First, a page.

For the beatific country-soul musicians of Brightblack Morning Light, there’s no place like Nature
By Daniel Chamberlin
Photography by Eden Bakti
Originally published in Arthur No. 23 (2006)
When they weren’t slumming it with us youngsters at the all-ages hardcore shows, the older dudes at my Indiana high school would spend their weekend nights going “country cruisin’, reminiscin.” They’d all pitch in on a six-pack, score a dime-bag and then pile into somebody’s old car—preferably a late ’70s model sedan with stained plush upholstery and bench seating in front—and drive slowly down the deserted gravel roads and empty dirt tracks that criss-crossed the corn and soybean fields that spread for miles in every direction from the small town we called home. Though I never went on these sentimental rides—I was too young, pot-phobic and already knew that drunk driving was trouble—I was in love with their soundtrack: long-form blues from the Allman Brothers and heartbroken redneck ballads from Lynyrd Skynyrd.
These days, I score my drives back from walks in the San Gabriel Mountains north of my home in Los Angeles with the same music, maybe a bit more Neil Young and Fairport Convention in the mix. It sets the tone for the silent trekking to come and eases the re-entry into the urban landscape on the way back down. The Grateful Dead’s American Beauty and Will Oldham’s Ease Down The Road are ideal albums to soundtrack trips to the deserts and mountains. I’ve added Brightblack Morning Light’s new album of organic wilderness soul to the list of music perfect for such peaceful expeditions.
The two core members of Brightblack are Rachel “Rabob” Hughes, 29, and Nathan “Nabob” Shineywater, 30. Their self-titled debut for Matador Records has the dense harmonic blur of My Bloody Valentine but the music is made with the kind of instruments you’d expect to find the world famous session musicians—the Swampers—of Muscle Shoals putting to good use behind Aretha Franklin or Mavis Staples. (The album actually features two of the Staples Singers along with a trombone player from Nashville, Andy McLeod of White Magic on bongos and Paz Lenchantin—the Argentinean-American multi-instrumentalist known for her work with A Perfect Circle, Silver Jews and Entrance—on guitar.) It’s perfect for coming down from the mountains, and custom made for coming down on Sunday morning. It has an almost gospel feel—since soul music is just gospel without as much god—that invites comparisons to the lonely space-age-blues of Spaceman 3 or Spiritualized. But where Jason Pierce put opiates on the altar formerly occupied by the Holy Trinity, Brightblack has placed a respect for nature, an amalgam of environmental convictions and Native American spiritual practices. Which is sort of obvious from song titles like “A River Could Be Loved” and “We Share Our Blanket With The Owl.”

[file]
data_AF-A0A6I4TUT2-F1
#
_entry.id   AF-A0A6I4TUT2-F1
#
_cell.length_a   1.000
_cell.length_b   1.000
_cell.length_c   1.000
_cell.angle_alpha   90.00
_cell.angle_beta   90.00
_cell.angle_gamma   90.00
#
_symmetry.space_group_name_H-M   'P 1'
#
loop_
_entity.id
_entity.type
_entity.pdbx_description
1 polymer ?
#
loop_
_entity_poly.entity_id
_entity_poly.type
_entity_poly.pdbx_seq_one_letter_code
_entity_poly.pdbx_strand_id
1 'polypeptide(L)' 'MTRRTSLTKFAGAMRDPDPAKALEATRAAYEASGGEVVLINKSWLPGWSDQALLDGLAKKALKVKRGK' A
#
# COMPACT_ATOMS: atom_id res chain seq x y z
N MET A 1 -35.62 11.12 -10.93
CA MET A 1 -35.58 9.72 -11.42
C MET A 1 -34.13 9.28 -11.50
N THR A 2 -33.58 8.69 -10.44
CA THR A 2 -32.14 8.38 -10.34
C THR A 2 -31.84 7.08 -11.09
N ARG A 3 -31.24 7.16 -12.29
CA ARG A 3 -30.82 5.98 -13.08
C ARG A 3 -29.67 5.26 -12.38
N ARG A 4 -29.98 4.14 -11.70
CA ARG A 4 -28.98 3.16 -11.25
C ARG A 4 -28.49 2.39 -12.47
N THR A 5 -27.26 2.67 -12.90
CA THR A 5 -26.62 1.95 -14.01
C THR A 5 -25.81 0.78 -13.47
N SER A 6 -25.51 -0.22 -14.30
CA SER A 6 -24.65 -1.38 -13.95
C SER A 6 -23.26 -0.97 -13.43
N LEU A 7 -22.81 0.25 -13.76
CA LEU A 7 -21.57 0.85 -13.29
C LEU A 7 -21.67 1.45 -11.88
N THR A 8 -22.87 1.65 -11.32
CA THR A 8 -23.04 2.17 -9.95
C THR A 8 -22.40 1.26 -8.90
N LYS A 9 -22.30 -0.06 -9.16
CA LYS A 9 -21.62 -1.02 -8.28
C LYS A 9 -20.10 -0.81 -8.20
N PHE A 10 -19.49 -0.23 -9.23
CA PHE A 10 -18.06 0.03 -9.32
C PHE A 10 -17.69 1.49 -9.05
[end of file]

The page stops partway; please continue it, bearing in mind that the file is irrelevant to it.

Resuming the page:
Their live performance is as quiet and intimate—maybe even more so—than their album. The most recent incarnation of their touring band includes Oregonian Elias Reitz on congas and tablas and West Virginian Ben McConnell behind the kit, with their friend Mariee Sioux, who Nabob is careful to identify as a full-blooded Paiute, opening each show. They often bring sticks and other woodland artifacts onto the stage, erecting small lean-tos or tipi-like structures. All of it swirls and refracts in the rich, resinous sound of Rabob’s Fender Rhodes organ. The vocal harmonies are chorus of whispers, while the brushed percussion is more of a sparkle than a clatter. The instruments are so quiet that cash registers at the bar interrupt the spell. Nabob’s slide guitar work hangs in the dim lights of the stage, glowing and vibrating in the air. On his instrument, a wolf cub suckles at a woman’s breast.Continue reading